The Priest asks the couple if they've come of their own free will. Once the couple answers, the Priests leads them into the church and to the altar.
When the couple arrives at the altar, they are given lightened candles, which they hold throughout the service. The candles handed to the newlyweds by a priest are the symbol of purity and chastity, the embodiment of joy transpired by virtue of an encounter of two people in love.
The Priest joins the right hands of the couple and they listen to several passages from the Bible. The Priest then blesses the crowns that the bride and groom will wear. The symbolism of the crowns include that of creating a new house, which the bride and groom preside over. Crowns can be as simple as a wreath of flowers or as ornate as a real, jeweled gold crown.
The crowns are presented to the bride and groom. Each kisses the crown before the Priest puts in on their head. The couple drink from a common cup, signifying they will share their happiness and sorrows together.
Finally, the Priest leads them around the altar three times. The circle around the altar represents eternal marriage since a circle has no beginning and no end. The Priest then uncouples the bride and groom's hands symbolizing that only God can now come between them.
Traditional music is used for the processional and recessional, but old hymns and chants are used throughout the wedding service.
Weddings cannot be scheduled during the Lenten season The Church does recognize that there are rare occasions when it is better that couples do separate, but there is no official recognition of civil divorces
The first two are Baptism and Chrismation. Baptism of adults and infants is by immersion in water three times in the name of the Trinity and is both the initiation into the Church and a sign of forgiveness of sins.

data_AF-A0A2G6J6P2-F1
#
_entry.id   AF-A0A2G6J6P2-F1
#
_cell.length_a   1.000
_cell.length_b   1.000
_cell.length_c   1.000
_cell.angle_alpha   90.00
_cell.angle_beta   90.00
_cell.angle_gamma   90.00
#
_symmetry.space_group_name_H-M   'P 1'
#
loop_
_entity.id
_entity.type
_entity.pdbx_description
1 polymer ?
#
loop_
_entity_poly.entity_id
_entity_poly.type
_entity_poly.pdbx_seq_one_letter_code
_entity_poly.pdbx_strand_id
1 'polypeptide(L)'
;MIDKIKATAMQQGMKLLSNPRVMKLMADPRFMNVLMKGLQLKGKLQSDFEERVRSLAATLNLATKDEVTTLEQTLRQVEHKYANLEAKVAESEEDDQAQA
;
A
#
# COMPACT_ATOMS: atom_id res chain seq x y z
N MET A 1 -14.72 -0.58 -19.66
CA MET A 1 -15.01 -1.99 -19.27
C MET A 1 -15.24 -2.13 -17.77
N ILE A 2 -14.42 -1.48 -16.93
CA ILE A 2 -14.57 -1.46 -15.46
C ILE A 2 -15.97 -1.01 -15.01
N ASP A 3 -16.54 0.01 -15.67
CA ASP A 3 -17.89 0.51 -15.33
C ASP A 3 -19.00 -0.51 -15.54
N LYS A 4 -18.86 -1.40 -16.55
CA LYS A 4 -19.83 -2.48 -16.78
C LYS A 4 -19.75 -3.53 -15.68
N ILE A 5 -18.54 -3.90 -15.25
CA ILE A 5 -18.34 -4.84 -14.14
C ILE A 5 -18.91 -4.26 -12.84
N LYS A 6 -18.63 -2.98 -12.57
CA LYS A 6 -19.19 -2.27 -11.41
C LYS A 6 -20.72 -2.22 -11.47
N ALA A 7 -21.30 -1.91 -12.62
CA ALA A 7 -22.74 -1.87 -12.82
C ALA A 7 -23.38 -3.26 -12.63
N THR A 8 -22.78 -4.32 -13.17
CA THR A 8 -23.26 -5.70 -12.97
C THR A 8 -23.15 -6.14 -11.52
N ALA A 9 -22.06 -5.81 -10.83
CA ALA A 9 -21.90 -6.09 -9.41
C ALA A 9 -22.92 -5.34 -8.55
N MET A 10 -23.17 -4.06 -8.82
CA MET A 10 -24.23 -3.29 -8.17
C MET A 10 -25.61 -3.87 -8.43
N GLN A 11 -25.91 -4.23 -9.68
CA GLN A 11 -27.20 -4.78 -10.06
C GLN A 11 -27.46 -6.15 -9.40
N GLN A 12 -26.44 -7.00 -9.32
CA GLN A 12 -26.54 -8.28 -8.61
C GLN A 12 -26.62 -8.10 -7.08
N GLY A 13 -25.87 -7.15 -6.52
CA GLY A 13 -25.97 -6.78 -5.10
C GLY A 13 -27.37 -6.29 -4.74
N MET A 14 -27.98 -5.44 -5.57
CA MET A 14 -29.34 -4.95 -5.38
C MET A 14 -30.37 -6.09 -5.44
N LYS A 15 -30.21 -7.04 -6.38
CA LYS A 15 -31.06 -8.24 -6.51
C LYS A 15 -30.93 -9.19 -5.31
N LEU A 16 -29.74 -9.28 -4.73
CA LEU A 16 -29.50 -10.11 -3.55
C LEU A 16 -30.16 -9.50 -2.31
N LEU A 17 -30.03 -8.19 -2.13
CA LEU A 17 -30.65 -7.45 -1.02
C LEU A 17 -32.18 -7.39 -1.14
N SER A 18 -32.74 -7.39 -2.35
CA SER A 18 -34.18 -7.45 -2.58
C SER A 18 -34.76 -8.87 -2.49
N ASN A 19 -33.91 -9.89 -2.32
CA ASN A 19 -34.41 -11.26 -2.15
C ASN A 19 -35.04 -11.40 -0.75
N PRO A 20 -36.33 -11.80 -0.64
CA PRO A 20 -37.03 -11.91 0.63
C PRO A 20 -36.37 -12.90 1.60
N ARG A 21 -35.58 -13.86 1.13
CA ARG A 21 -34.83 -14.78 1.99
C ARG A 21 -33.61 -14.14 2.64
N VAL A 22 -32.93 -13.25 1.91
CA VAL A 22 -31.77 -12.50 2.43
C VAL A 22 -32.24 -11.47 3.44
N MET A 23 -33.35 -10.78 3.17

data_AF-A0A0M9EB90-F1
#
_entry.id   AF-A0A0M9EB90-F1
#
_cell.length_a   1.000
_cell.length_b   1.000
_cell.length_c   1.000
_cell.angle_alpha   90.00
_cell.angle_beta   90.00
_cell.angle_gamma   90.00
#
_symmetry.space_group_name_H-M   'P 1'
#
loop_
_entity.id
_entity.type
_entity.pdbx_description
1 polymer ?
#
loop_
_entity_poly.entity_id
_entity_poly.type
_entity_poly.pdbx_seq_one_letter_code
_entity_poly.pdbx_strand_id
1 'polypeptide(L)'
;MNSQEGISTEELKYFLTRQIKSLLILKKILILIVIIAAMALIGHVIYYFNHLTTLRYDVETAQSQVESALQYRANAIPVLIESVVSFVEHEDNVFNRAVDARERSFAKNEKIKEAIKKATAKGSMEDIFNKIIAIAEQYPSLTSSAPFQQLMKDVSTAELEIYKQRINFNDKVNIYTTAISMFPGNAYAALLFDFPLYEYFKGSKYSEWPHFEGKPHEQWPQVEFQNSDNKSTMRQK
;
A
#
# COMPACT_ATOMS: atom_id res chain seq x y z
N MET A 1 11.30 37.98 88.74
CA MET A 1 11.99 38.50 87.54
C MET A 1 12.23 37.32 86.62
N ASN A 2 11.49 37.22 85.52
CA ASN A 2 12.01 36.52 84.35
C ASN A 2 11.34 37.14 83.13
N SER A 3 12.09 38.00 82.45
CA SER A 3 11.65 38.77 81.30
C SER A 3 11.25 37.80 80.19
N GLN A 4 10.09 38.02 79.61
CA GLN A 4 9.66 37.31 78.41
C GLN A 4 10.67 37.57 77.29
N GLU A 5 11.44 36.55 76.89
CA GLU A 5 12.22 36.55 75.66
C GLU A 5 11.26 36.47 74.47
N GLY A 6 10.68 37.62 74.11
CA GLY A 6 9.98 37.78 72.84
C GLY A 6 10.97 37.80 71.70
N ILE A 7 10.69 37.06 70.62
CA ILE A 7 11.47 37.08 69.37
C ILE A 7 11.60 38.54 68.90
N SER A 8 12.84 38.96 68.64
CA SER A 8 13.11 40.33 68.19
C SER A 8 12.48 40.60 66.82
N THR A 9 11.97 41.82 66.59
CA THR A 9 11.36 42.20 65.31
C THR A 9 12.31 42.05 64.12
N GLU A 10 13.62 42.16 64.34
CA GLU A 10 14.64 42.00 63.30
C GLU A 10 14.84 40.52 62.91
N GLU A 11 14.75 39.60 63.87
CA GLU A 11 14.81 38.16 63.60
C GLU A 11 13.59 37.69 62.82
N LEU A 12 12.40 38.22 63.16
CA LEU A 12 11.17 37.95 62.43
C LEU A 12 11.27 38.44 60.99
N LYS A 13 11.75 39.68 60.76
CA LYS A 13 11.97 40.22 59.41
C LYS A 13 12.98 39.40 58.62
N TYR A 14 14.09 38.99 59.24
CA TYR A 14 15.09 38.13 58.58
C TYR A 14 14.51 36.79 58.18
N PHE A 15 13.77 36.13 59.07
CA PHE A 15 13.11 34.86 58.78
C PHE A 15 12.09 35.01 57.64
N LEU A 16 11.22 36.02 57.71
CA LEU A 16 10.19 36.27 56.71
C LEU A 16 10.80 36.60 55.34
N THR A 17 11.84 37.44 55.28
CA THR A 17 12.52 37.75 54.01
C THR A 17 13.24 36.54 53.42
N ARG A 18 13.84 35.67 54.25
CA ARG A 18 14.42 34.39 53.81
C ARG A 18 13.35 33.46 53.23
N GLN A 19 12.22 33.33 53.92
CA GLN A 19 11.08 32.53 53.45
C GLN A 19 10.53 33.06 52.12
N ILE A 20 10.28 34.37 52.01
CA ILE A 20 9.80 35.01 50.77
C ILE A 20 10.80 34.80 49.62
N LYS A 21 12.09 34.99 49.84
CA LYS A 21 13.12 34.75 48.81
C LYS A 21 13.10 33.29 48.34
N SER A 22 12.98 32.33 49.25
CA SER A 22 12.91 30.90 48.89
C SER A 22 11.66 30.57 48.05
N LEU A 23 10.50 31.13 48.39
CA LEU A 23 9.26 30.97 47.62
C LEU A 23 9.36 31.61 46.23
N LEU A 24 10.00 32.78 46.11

Chrismation follows immediately after baptism and is by anointing with holy oil called Chrism. Chrismation is followed by Holy Communion. This means that in the Orthodox Church babies and children are fully communicant members of the Church.
In Russian Orthodox Church there is a tradition of believe in the intercession of saints. Every person who was baptized was named in honor of a specific saint, it is considered that this saint is a patron for the whole life. There are patron saints of occupations and activities, patron saints of ailments, illness and dangers, patron saints of places.
Orthodox Christians believe the body of the Christian is sacred, since it was the temple of the Holy Spirit and will be restored at the resurrection
The Orthodox funeral consists of three services: The vigil, or Trisagion, after death, is usually conducted by a priest at the wake. The people pray to Christ to give rest with the Saints to the soul of Your servant where there is neither pain, grief, nor sighing but life everlasting. While the people pray for the soul of the deceased, great respect is paid to the body.
The funeral service is continued at the church, where the body is brought on the day of burial. Normally, the divine liturgy (Mass) is celebrated. After the funeral service, the congregation offers its farewell to the deceased.
The Trisagion is repeated at the graveside. Memorial services may be offered in the church on the 3rd, 9th and 40th days after death. Those who commit suicide are considered to have died outside the Church and are not granted Church funeral rites.